# Circuit breaker for single outlet

I have several 3d printers. One of them keeps tripping the breaker for the room. I'm trying to debug (obviously will not use it regularly until I can determine what is wrong) but in the mean time I need to keep my other printers running.

A power strip's breaker isn't enough for it to trip, so it's drawing less than 15 amps when it spikes. It also draws 50 watts when just running normally. The breaker for the room is 20 amps, but I'm running an AC and various other appliances as well. The combination is what causes it to trip the 20 amp. It's absolutely not the AC causing it to trip. I have eliminated variables and it's one of the 3d printers for absolutely certain.

I'm guessing I need between a 3 and 5 amp resettable breaker, one that works for a single outlet only. 120V.

Where can I buy such a breaker?

Would be even nicer if I could switch between a few different preset values, ie, 3 amp, 4 amp, 5 amp, etc.

My workshop only has one circuit, just how the building is set up. (rather each room has one circuit, I only have access to the room I pay for)

• heaters are regulated slowly so when all are on, these can peak your drain Aug 30 '17 at 22:33
• You have $20\:\textrm{A}$ for the entire room. I think you said that you tested one printer to make sure that it is below $15\:\textrm{A}$. But you admit there are other printers and other devices in the room. The room breaker will trip when the total exceeds its limit. You will have to run fewer devices. You cannot "ADD" a breaker inside the room in order to add to the compliance limit of your room's breaker. That's just silly. I think you want a better service. Find another room with a higher compliance capacity for your equipment.
– jonk
Aug 30 '17 at 22:42
• I think you are misunderstanding. I am running servers and such that total 7 amps or so. All printers total are below 15 amps also, ie, the power strip doesn't trip. But when the printers hit 14 amps, that is more than 20 so the room blows. I want each printer to shut off on its own if it pulls more than 3-5 amps. The 20 amp capacity of the room is not relevant as if any printer pulls more than 3-5, it's faulty. Aug 30 '17 at 22:47

This is complicated since the downstream breaker must be faster then the upstream breakers. It needs to have different time characteristics.

This is called breaker selectivity.

Without replacing upstream breakers, you'd probably need a breaker that is so sensitive that you can't even enable the breaker. The inrush would trip it immediately.

Also, a 20A breaker won't trip immediately at 21A. This will take minutes. See the image in this post.
I think you have a larger overload.

You can buy low current panel mount circuit breakers from Digikey and other electronic suppliers. You could mount one of these breakers and an outlet in a box to produce individual low-current outlets for your printers.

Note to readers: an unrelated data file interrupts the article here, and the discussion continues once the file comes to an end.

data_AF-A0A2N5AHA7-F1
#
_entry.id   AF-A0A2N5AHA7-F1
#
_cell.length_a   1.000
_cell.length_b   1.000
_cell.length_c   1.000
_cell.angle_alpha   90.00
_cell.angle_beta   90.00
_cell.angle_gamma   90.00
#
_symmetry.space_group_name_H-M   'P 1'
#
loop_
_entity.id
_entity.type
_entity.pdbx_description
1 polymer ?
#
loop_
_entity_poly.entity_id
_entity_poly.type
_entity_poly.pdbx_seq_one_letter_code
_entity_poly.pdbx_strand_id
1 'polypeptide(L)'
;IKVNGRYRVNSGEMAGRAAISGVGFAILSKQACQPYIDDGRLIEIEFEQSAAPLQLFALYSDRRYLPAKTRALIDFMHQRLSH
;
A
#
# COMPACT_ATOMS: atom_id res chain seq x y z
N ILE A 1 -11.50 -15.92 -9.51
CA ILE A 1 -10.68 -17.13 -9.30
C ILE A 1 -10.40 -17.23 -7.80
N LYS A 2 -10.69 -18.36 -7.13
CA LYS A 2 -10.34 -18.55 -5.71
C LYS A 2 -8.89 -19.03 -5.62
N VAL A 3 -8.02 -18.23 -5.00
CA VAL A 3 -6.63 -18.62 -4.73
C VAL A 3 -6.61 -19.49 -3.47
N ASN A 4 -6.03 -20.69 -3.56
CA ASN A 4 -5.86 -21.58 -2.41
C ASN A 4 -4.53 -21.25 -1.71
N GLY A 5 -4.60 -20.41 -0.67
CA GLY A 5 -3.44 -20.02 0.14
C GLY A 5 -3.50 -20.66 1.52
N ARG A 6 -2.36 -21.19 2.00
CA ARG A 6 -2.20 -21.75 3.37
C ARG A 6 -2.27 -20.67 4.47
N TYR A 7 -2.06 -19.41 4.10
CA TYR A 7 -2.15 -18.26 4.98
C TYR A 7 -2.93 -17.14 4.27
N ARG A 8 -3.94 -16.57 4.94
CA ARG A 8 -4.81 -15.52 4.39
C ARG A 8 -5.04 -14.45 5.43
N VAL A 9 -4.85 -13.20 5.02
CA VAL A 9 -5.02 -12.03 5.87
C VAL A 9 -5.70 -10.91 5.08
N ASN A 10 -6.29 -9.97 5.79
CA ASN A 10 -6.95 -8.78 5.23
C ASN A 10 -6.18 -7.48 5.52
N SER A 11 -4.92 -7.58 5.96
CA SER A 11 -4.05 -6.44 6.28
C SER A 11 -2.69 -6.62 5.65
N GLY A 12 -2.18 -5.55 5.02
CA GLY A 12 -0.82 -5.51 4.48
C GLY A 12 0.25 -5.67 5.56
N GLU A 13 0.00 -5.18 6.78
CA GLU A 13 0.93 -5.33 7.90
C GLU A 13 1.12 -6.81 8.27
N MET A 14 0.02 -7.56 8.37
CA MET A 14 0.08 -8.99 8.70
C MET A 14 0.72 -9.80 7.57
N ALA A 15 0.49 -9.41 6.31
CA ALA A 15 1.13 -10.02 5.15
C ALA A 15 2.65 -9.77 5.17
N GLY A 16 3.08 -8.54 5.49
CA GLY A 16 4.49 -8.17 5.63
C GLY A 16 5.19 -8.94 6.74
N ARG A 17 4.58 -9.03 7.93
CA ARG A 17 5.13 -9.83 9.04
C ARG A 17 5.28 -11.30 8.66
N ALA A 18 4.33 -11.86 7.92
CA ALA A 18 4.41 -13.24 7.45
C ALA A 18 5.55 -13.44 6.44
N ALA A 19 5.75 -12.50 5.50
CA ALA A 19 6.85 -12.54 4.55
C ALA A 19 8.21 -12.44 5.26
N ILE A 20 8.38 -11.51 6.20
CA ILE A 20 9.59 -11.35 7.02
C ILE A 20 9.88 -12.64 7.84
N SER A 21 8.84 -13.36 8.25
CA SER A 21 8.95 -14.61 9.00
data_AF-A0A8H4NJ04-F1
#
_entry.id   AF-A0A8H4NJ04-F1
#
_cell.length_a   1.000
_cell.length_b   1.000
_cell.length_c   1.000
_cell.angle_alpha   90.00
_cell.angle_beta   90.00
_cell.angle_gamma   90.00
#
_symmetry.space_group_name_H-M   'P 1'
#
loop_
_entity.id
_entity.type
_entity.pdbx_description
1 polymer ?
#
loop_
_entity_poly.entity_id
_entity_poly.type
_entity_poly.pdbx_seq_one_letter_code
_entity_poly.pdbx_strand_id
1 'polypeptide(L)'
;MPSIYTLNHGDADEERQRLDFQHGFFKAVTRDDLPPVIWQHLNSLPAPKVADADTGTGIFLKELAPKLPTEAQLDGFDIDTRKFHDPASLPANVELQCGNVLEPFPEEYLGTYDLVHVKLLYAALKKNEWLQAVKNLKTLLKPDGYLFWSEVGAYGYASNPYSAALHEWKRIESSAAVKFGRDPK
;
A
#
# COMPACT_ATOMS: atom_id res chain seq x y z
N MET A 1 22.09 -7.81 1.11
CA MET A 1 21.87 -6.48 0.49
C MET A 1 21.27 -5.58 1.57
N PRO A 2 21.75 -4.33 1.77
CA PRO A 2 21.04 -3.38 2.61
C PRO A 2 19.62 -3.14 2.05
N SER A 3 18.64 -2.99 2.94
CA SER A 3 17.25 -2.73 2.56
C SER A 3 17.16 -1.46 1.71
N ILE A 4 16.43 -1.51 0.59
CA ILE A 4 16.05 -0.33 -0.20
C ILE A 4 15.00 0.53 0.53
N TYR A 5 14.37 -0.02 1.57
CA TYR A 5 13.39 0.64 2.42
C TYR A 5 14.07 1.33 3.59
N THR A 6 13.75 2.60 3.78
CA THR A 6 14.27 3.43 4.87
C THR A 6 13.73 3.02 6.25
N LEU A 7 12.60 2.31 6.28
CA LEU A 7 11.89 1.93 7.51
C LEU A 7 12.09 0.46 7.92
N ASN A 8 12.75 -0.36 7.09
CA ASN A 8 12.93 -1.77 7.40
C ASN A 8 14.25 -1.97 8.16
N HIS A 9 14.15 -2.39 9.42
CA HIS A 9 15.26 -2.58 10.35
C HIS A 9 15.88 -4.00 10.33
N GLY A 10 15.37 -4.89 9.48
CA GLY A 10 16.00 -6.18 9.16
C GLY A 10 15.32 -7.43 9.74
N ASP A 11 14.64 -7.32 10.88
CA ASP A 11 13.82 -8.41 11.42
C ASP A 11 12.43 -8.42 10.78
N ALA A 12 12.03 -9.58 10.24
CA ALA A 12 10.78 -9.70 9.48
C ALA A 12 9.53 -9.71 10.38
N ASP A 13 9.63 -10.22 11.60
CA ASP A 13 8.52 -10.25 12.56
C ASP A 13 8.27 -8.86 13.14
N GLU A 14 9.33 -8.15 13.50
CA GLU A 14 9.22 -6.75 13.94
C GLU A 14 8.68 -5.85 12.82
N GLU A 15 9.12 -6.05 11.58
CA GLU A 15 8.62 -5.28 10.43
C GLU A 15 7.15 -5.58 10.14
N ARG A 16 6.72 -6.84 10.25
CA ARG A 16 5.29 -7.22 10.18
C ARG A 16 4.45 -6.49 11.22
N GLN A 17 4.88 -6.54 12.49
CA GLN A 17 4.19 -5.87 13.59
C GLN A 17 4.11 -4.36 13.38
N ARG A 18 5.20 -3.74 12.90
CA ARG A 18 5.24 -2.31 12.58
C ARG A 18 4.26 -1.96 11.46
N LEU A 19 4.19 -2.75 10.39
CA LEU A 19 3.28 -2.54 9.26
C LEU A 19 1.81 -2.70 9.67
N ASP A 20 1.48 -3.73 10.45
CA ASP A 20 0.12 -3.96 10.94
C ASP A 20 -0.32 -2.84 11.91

I don't know about the US, but here in the UK I would go to the local hardware store where I could find a consumer unit (I believe the standard term for such an item in the US is a distribution board?) along with a 6A breaker that's designed for lighting a garage, such as this one. Wiring it up is pretty simple, and you can then enjoy protected outlets that won't cause your main circuit breaker to trip. You also get an individual RCD (ground fault breaker) for your circuit too.

If any single device, all by itself when all the other loads are off, is tripping a 20-amp breaker, then it certainly has a serious fault.

Far more likely, it is the sum of all the loads which is tripping the breaker; and no one of the devices is, alone, the culprit; no more than the last straw on top of the pounds of others is really responsible for breaking the camels' back. Devices with motors, such as an AC, are likely to draw a brief but very high load when they start up; laser printers do so too, for their heating element. This momentary draw, added to the normal draws of all the other devices, is exceeding the breaker's rating. (Breakers trip quickly with currents much above their rating, or slowly with currents slightly above their rating; either could be the case.)

Say the AC unit is drawing a steady 12 amps, which is the most it should be drawing if it's got a normal 15-amp plug, and you've got 3 3D printers each drawing 3 amps; well there's 21 amps, which will trip your breaker, not instantly, but soon. But none of the 3D printers is guilty of any excessive draw.

Since you've got a 20-amp circuit and call it AC instead of aircon, I'll guess you're in North America. The device you linked to is for the UK market and very different than anything that would be available (or legal) in the US or Canada. Likewise the small-value breakers at electronics shops are intended for installation within devices, not in line with the AC feed. I don't believe there is any mains breaker less than 15 amps in the US or Canada.

The only long-term solution (unless there is a real fault on one of the devices) is to have additional circuits installed and divide the loads among them. Very likely the AC is the prime candidate for its own circuit. But to figure out what you're dealing with, get a plug-in watt meter. A very common model is called Kill-A-Watt, but others are available too. The feature you're looking for is recording of the momentary maximum current, and a battery-backed memory so you can see the data even if the breaker trips, and I'm not 100% sure the kill-a-watt has that, so find one that does. Run it on each of the devices for a while, at least a full normal operating cycle, then plan your circuits for the worst case of all the machines drawing their maximum all at once, or plan your use of the machines to avoid any chance of exceeding 20 amps at any given moment.